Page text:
It's the Law and Order theory of murder: Every crime speaks to a recognizable social pathology. A sexually frustrated misfit declares his vow to seek revenge on the women who refused him and we call it misogyny. A white supremacist opens fire in a black church and we call it racism. A Christianist opens fire in a Planned Parenthood and we call it religious extremism. In all cases the killers, whatever their grasp on mental health, have declared their motives and we accept them at face value.
We have a habit, however, of seeking such explanations everywhere. Columbine, we told ourselves, was about bullying. The crazy news guy, a black gay man, kills his former colleagues on camera and we consider it indicative of our culture's continuing dehumanization via the media. A college dropout opens fire at a congresswoman's meeting and we call him a Palin-inspired right-wing nutcase. The first claim is inaccurate. (One killer was a diagnosed psychopath who would have killed someone at some time and was just waiting for the opportunity. The other was a troubled kid who fell into his orbit.) The second claim might be true, but seems a little tenuous. The third claim was inaccurate as well. The killer had recently suffered a psychotic break.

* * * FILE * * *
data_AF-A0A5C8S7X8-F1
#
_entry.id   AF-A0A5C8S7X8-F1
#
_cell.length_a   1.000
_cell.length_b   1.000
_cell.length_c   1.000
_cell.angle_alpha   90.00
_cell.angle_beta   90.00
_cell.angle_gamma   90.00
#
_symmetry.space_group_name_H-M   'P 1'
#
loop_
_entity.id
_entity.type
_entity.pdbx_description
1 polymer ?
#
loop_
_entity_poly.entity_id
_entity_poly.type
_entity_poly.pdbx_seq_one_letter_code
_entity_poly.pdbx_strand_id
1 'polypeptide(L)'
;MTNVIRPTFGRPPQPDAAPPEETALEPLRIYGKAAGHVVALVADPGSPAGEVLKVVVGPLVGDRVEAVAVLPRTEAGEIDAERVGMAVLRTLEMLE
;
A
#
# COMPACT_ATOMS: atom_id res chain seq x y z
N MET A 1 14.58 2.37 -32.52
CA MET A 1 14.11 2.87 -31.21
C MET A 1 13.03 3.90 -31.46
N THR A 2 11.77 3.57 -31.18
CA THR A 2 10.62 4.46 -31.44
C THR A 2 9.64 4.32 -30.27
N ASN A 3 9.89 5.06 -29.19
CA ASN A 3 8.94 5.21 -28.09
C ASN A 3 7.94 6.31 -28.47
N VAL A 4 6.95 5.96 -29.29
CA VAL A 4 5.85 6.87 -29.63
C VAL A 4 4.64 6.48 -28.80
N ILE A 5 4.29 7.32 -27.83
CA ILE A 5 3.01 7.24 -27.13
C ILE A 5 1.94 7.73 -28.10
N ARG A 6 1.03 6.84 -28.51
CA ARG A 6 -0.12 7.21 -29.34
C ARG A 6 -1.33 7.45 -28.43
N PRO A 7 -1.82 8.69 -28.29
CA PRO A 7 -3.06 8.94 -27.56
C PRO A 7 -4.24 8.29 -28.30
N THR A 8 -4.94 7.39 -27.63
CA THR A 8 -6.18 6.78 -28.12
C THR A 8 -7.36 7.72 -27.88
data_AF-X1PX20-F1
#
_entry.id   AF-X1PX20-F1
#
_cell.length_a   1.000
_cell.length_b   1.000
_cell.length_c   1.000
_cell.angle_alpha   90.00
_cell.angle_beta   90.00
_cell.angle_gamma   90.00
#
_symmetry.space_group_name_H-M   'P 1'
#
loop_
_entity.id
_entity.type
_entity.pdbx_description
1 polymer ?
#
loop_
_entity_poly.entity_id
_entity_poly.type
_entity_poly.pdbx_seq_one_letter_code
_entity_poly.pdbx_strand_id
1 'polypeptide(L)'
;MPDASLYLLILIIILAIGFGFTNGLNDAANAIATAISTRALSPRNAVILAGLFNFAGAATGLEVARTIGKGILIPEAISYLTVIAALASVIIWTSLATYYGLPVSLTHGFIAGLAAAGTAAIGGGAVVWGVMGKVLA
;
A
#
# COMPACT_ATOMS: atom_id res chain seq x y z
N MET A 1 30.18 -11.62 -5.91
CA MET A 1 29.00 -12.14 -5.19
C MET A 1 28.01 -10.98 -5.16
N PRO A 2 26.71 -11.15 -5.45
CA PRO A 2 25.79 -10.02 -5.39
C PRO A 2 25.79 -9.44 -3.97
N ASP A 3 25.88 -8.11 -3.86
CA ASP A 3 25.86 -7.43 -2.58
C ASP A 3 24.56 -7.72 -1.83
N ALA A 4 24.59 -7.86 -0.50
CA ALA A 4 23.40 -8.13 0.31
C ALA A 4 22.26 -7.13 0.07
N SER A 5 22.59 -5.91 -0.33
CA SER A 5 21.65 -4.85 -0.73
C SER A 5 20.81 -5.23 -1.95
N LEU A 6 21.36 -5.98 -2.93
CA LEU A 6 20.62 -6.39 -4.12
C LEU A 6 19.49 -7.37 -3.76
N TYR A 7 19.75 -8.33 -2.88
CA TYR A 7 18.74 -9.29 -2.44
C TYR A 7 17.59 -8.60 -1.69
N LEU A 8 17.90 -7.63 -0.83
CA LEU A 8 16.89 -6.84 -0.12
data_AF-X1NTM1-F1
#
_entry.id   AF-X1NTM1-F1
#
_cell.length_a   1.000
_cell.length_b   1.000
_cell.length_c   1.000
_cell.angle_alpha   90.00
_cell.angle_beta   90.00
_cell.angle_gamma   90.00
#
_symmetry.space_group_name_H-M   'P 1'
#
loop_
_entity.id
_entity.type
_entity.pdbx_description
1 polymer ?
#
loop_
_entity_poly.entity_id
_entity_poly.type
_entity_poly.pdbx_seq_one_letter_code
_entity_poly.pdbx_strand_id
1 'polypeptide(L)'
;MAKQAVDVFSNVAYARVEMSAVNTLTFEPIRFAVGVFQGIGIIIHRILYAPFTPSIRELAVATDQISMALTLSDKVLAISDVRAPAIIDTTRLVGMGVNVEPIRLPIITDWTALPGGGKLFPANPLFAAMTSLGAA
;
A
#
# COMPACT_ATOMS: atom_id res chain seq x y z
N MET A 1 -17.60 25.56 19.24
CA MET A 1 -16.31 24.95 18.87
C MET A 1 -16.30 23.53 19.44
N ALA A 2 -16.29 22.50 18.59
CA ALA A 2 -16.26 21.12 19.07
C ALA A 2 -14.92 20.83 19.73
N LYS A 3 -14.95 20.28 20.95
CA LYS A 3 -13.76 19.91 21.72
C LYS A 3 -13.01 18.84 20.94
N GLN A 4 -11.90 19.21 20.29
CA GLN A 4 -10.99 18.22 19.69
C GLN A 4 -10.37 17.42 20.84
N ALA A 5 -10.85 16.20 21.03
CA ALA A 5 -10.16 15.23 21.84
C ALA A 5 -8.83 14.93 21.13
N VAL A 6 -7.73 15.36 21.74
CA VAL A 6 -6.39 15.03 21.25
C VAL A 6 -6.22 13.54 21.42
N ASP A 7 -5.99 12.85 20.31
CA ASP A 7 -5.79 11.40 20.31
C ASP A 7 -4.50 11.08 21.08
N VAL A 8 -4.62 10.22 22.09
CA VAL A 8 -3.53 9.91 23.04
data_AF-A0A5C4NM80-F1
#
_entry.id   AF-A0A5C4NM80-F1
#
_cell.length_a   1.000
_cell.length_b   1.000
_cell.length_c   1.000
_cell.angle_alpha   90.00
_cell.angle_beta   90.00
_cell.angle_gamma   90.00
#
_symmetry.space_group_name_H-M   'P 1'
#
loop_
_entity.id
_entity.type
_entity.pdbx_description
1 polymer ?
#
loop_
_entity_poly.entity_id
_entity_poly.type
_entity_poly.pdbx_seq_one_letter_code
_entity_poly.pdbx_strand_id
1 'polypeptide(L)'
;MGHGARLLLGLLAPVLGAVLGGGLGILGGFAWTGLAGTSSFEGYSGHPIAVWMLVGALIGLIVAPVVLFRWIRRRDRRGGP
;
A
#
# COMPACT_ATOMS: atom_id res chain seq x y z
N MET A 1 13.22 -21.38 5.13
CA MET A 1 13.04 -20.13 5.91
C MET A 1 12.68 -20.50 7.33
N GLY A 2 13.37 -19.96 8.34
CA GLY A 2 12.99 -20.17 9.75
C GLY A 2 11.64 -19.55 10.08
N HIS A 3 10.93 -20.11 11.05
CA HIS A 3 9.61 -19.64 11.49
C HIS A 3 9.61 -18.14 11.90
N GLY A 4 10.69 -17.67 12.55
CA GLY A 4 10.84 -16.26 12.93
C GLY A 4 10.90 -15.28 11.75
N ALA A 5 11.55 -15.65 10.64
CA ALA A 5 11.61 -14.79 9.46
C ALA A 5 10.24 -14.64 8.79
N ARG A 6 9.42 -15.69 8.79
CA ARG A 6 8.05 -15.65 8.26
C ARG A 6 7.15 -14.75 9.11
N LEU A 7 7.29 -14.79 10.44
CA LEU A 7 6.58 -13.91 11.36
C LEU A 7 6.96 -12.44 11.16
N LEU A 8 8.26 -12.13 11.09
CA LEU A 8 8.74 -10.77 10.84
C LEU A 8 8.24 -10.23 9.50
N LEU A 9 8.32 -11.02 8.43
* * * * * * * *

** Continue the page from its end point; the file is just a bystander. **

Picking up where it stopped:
Then there are the murders that defy anybody's explanation, like the shut-in who killed a classroom of kindergarteners.
There are two reasons, I believe, for the desire to define motives:
The first is that we all seek out examples of the extreme results of social pathologies we fear most. If you are a woman who has been harassed at a comic-book convention, the story of a geek who kills because he can't have sex will strike a chord. If you are a neoconservative who believes we should be bombing Syria, the story of jihadists at home will strike a similar chord as well.
The second is that we need explanations for people who do evil thing we could never see ourselves doing, or to see the roots of these killings as related to social problems, problems that we might, in the long long long run, be able to solve.
This is not to say that the motives don't matter. I believe they do. I also believe that the motives in all cases are far more complicated and far more individualized than Facebook memes and political posturing suggests. I admired the Rolling Stone cover story on the Boston Marathon bomber, because it understood that as much as we would like it to be the case, our most evil citizens and our social pathologies cannot be summed up in a paragraph.